A Freeway in Hell

My thoughts on the nature of our late capitalist society. The title should give some clue what I think of that! US 101 or I-80 as metaphor for our imperatives. Besides worrying about what sort of black hole we are speeding into, I like airships. One reason being the almost inescapble desire to have one to get out of a traffic jam!

Location: Sonoma County, California

Grew up a military brat, Californian-in-exile, reactionary libertarian-essentially spent the 70s on Mars, for I am hearing impaired and I did not know what the music was saying. Generally still don't unless I listen to it over and over or find the words captioned on a movie or somewhere on line. Came "back" to California to begin my adult life, have not lived elsewhere since. No regrets there despite our problems here. Have studied physics, more math than most human beings will ever need, worked on spaceship projects (well, one) at JPL. Lived with a wonderful disabled person who lives no more--L Natasha Littletree RIP October 2004. I have a life plan, just kind of vague on some of the short-term stuff.

Monday, September 12, 2005

An Aristocracy of Demerit

In reply to a Skippy post by Cookie Jill, "missing in partying action," which simply asks where those lovable Bush twins (with picture of one of them, I can't tell which) sticking her tongue out at we the people, have gotten to during the current crisis of Hurricane Katrina (shall we call it "Floodgate?") a reader named Charly asks:

"I still don't understand how AMERICA...home of the quote-un-quote "free" and "brave...has a RULING CLASS that everyone KNOWS ABOUT...and everyone is OKAY WITH THIS???? "

Ah, Charly, weren't you raised to believe that the USA has an "aristocracy of merit?"

Perhaps it is inevitable that all peoples everywhere who have a society more economically sophisticated than the gatherer-hunters we evolved as must have some kind of ruling class. I sort of hope not, but I am perfectly well prepared to live with the idea that some people will be privileged to have their hands on the ruling levers. Even the anarchist Utopia that Ursula LeGuin imagined in her science fiction novel The Dispossessed had evolved a sort of ruling clique on Anarres; one of her themes was that their idealism demanded renewed revolution, and that is something her scientist protagonist Shevek and his friends stumbled into doing in his generation. But he saw how worthwhile the effort was when he went to the capitalist Utopia of the nation of A-Io on their homeworld, Urras, which Anarres was the moon of.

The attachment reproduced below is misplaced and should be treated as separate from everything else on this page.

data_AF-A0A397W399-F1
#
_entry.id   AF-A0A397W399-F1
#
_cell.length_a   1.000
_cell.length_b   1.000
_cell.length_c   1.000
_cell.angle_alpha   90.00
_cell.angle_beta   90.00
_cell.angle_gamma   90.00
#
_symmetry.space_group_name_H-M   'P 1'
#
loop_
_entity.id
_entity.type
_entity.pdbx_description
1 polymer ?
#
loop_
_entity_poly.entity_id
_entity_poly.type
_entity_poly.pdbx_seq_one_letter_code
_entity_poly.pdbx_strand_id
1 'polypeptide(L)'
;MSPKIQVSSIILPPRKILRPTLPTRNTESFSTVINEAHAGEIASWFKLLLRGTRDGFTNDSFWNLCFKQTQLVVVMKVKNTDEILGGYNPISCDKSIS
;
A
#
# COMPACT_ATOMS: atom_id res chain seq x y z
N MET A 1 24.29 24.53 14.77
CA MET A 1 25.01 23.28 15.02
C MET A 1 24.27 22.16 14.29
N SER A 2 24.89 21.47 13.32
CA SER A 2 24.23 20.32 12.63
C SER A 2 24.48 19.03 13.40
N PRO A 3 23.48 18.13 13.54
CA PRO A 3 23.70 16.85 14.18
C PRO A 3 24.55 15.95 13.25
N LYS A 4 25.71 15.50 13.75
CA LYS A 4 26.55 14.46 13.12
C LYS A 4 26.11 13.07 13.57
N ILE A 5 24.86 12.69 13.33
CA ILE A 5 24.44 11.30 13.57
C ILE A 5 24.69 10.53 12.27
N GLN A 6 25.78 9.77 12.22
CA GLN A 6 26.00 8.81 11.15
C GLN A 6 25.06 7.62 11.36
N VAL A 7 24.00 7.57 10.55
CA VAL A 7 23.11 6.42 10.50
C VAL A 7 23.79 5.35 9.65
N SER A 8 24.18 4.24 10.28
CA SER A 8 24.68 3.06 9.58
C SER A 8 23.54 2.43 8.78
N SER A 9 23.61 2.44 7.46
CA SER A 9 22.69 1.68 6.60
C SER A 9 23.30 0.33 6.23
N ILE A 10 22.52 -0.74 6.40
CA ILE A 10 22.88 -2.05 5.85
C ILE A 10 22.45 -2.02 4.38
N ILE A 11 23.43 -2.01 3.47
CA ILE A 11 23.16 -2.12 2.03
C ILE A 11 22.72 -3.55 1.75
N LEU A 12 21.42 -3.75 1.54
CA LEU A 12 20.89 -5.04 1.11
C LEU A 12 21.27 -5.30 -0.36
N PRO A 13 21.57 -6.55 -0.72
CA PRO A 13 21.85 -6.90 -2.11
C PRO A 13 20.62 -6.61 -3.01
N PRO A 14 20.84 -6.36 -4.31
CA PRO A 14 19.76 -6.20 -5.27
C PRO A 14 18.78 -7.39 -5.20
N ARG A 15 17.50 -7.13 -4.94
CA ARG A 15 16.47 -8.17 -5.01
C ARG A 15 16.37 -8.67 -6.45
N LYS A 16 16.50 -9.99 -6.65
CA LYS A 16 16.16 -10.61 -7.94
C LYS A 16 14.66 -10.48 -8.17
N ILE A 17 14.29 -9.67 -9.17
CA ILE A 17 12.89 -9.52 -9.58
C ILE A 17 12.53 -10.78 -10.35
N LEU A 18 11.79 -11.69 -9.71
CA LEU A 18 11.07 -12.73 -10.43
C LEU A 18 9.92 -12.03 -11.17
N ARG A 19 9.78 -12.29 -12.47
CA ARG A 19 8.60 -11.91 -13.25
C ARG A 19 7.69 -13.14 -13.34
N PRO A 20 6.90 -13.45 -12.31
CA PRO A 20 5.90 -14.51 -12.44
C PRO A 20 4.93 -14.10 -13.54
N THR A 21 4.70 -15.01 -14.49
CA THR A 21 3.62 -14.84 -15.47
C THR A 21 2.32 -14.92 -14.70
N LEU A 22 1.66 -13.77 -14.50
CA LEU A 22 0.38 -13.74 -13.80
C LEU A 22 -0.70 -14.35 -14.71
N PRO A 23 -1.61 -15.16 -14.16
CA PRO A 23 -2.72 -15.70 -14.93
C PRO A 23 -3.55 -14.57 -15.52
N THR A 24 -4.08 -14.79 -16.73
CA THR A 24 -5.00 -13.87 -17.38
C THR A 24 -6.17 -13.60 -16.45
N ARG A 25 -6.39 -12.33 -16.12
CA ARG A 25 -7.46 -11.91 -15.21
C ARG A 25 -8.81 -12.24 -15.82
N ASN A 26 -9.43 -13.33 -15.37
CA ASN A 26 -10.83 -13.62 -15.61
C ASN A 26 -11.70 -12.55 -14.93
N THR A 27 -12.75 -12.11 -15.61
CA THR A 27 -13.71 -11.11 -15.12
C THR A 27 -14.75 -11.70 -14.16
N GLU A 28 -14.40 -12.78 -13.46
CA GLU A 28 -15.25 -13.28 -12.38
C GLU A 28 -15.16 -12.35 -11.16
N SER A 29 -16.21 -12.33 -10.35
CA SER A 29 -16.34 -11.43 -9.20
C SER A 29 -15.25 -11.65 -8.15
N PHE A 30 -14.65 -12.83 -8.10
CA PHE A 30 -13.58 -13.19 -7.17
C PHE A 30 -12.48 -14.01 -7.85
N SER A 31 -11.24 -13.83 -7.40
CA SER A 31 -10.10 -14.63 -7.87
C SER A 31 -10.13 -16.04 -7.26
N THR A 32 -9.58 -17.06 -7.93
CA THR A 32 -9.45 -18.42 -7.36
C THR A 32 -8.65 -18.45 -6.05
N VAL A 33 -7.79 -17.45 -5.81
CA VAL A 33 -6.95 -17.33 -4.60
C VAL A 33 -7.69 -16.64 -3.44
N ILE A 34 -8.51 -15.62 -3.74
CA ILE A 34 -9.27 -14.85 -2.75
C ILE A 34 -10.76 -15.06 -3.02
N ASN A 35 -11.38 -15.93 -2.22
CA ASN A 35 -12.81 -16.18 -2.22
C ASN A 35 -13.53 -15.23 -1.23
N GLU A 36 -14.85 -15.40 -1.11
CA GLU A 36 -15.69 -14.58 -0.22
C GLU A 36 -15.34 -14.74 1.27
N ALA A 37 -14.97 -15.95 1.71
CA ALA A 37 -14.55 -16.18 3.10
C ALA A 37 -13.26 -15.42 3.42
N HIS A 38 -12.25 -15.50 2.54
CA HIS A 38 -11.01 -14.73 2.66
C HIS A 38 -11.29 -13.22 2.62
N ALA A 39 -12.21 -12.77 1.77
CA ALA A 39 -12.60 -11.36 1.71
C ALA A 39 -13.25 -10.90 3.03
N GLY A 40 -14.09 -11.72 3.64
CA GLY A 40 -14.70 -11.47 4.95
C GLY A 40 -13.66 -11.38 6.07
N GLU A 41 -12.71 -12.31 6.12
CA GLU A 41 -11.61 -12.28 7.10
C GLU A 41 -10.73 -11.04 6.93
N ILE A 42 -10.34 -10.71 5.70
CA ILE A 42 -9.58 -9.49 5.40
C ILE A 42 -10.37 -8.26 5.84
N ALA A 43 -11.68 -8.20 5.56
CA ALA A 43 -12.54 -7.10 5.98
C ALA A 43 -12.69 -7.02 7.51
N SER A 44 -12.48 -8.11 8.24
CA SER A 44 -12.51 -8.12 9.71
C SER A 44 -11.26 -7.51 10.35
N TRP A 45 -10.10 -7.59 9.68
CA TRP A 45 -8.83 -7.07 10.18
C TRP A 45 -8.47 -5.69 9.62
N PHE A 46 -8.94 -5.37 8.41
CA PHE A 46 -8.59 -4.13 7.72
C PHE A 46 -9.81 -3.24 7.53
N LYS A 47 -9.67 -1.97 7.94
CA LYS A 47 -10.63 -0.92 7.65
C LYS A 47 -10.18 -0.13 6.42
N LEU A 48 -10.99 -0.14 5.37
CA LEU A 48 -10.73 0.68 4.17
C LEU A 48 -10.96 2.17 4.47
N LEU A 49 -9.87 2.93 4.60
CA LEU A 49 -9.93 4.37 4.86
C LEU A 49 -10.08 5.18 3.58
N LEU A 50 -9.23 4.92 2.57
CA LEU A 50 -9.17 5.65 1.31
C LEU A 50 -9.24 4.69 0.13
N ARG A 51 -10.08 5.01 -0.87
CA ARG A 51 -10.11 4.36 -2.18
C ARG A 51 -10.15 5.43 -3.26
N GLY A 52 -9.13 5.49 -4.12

My personal political philosophy is that people need to struggle for power in whatever system they live in; if they do, they will be heard in some way (perhaps beaten down brutally for the effort, but the alternative is to be even more brutally beaten down if they don't act up). If they don't fight for themselves no one will save them. But it could be that a society that has tremendous disparities in standards of living and political rights might be a decent one--if and only if the ruling class is held by the majority to deliver good rule that considers the interests of everyone. To get that, everyone has to have a de facto recognized right to speak up.

The apologists for the American class system argue that Americans do have that right. However, they generally also scheme to find ways to abolish or sidestep that right, and insofar as they have succeeded, our "aristocracy of merit" has evolved into a just plain aristocracy, with all the abuses and outrages we find in the history books and overseas where we can easily see them.

I think it is only logical that a society that respects the interests and needs of everyone will evolve into a more egalitarian society since I think "merit" is pretty evenly distributed. I might be wrong about that too. But the opposite idea, that social stratification leads to more excellence, seems amply and dismally disproved again and again.

I have a book by Kevin Phillips, American Dynasty: Aristocracy, Fortune, and the Politics of Deceit in the House of Bush. One of his themes is that in general the USA has been slipping for some time into a genuine oligarchic aristocracy; today the ruling classes and the snobs and wanna-bes are not ashamed to tie their precious families to old Europe's ruling clans. The Bushes claim to be related to Queen Elizabeth II.

A major claim of such fatheaded apologists for our ruling system as George Gilder (author among other things of The Inevitability of Patriarchy, and lately notorious as an advocate of "Intelligent Design") is that the ruling classes are in fact demographically transformed as poor people with drive displace the feckless third and fourth generation trust fund babies. The Bush twins, and Dan Quayle, and aWol himself, seem to indicate otherwise and serious and scrupulous study of our ruling families exposes this myth for the lie it is.

It is often said that Americans tolerate the abuses of our system because they hope to become rich and get cut in on the spoils. I wonder if that is true to any significant extent; if it is, it is high time we wipe away that illusion. But I suspect that the large majority already realize the system doesn't work that way.

This is why our rulers are so afraid of democracy or even values (such as judgment on pragmatic performance) that might hold them accountable in any way. They are juggling illusions, people see through them, and they know it. Hence the growing interest in means of repression.